This eclectic group of pastimes and food cravings describe summertime in Michigan, my home state. And I remembered just what makes summer so summery (besides steamy Midwest temps) in the Great Lake state during a recent visit home to celebrate my nieces Abbey’s and Allie’s graduations.

As my older niece Allie wrapped up her high school career, the primo food event that week centered on her graduation open house – when family and her parents’/grandparents’ friends would embarrassingly (but lovingly) reminisce about “how fast she’d grown up.” And memories and food go hand-in-hand.

Months ago, Allie landed on her open house theme: summer picnic. Daisies and a summer picnic. Let the picnicking begin …

Lemonade + Iced Tea

Every summer picnic’s favorite refreshing combo – as good apart as they are together. A Michigander enjoys an “Arnold Palmer” as much as the next guy.

Who doesn't love a pitcher of Arnold Palmer?

Who doesn’t love a pitcher of Arnold Palmer?

Summer Salad

Michigan builds cars. But did you know we also build a killer salad bar? A real Michigan salad never leaves off dried sweet/tart cherries (sometimes cranberries), crumbly blue cheese, crunchy pecans or walnuts and a tangy vinaigrette dressing. Toss in crisp cucumbers, juicy tomatoes, crispy bacon bits – with a side of my mom’s homemade macaroni salad – and you’ve got a picnic salad party.

Fresh Fruit

Traverse City, on the banks of northern Lake Michigan, is one of the world’s cherry capitals. Michigan also happens to grow some of the juiciest, sweetest, bluest blueberries. It’s true. If you’re ever at a Michigan summer picnic without a fruit salad heavy on the blueberries, something has gone wrong.

Essential for a Michigan summer picnic!

Essential for a Michigan summer picnic!

Sweet Daisies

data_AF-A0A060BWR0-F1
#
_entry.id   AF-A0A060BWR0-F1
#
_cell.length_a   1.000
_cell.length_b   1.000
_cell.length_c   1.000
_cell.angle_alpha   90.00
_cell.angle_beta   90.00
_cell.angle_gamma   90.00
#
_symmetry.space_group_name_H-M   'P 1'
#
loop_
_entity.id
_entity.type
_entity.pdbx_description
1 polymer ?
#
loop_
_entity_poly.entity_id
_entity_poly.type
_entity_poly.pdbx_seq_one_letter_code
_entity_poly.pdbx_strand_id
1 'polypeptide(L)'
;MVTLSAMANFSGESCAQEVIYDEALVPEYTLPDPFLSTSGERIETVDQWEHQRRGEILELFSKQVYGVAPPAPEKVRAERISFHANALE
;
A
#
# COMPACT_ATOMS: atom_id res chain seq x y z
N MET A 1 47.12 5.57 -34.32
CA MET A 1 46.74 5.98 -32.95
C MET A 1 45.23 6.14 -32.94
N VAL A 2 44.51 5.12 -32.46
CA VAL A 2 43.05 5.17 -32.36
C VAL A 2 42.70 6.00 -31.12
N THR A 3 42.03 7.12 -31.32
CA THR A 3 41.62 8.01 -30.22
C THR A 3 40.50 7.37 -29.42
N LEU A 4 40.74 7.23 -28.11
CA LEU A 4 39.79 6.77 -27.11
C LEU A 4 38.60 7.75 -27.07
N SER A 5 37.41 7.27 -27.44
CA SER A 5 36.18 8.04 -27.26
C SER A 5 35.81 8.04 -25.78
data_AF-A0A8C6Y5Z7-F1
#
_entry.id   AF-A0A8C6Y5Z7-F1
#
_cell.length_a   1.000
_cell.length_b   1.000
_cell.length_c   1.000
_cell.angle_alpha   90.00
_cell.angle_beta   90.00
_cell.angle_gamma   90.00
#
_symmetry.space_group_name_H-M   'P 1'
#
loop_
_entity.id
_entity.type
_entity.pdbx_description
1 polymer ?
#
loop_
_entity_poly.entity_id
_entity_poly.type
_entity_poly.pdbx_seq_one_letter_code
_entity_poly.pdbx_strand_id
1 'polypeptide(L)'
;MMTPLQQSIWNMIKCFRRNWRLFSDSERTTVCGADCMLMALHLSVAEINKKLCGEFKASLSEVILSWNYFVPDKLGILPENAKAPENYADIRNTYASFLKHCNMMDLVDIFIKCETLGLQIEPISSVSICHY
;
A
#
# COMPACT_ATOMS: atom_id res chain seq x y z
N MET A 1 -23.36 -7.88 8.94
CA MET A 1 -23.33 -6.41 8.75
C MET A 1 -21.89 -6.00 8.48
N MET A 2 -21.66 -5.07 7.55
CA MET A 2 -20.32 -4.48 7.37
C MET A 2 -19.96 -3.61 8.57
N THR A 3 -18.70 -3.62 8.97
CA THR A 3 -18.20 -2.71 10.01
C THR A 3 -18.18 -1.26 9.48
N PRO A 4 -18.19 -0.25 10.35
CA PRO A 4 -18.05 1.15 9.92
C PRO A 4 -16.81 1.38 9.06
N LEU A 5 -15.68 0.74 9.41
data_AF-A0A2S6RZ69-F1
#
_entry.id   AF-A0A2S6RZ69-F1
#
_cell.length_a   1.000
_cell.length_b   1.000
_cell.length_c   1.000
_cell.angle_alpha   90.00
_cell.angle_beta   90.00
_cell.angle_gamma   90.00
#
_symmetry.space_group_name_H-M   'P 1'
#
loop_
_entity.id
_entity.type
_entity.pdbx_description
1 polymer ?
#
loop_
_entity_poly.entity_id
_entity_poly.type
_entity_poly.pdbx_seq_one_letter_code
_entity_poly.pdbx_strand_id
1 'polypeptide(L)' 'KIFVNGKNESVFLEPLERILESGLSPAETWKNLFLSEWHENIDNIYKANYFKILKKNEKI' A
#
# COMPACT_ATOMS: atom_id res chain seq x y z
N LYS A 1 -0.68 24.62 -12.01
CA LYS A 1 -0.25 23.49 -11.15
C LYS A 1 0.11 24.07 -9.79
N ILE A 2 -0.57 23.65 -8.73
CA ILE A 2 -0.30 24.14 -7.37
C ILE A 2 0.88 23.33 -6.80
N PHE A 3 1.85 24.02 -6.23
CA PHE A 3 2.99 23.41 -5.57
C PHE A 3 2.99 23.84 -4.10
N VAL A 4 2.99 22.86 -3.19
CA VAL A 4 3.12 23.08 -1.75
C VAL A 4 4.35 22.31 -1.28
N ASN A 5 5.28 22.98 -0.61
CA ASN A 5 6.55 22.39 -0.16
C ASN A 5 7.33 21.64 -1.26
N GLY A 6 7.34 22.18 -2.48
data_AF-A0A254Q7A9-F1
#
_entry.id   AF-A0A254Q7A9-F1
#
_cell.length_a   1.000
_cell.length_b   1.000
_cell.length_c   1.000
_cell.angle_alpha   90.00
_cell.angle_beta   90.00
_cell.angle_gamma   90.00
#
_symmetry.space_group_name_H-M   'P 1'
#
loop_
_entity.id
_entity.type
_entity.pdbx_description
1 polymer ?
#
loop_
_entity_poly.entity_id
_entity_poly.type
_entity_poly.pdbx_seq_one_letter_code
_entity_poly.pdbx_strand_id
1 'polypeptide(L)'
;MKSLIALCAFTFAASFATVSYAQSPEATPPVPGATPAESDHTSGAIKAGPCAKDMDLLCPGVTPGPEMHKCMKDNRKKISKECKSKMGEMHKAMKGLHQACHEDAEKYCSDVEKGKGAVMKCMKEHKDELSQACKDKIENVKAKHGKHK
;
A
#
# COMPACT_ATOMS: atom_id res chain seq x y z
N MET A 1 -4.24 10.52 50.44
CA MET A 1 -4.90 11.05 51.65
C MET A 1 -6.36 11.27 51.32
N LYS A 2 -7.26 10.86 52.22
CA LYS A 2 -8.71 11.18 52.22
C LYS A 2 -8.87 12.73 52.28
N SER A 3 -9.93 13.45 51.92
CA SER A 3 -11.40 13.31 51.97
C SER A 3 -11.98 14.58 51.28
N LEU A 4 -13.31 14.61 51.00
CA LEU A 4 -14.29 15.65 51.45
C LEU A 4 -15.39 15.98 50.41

Apple blossoms are Michigan’s official state flower, but daisies are a universal summer thing. This picnic sported white chocolate daisy lollipops from a local candy maker among the daisy desserts.

Daisy desserts are the perfect treat for a summer party

Daisy desserts are the perfect treat for a summer party

Not Just Any Hotdog

Hotdogs … an American summer staple. This open house picnic hotdog spread (my sister’s genius) included recipes & ingredients to tailor your ‘dog: Barbeque Bacon-style, Ballpark-style, Chicago-style. But the ultimate Michigan picnic show stealer is the Coney Island Dog (or “Coney” if you’re a local): grilled beef hotdog, with locally made Coney sauce (all meat), yellow mustard and chopped white onion. And you’ll only make the rookie mistake once of describing a Coney as “just like a chili dog.” Flint Coney? Detroit Coney? Different towns put their unique spin on their Coney secret sauce. Serious sauce business … worthy of its own blog post. (Ask Anthony Bourdain, who just scratched the Coney surface during his ‘Parts Unknown’ Detroit journey.)

Uniquely, deliciously, purely Michigan.

If you find yourself exploring Michigan, just ask where to find a good Coney and directions to “Up North” (which really does exist) … and a friendly Michigander will point you the right way.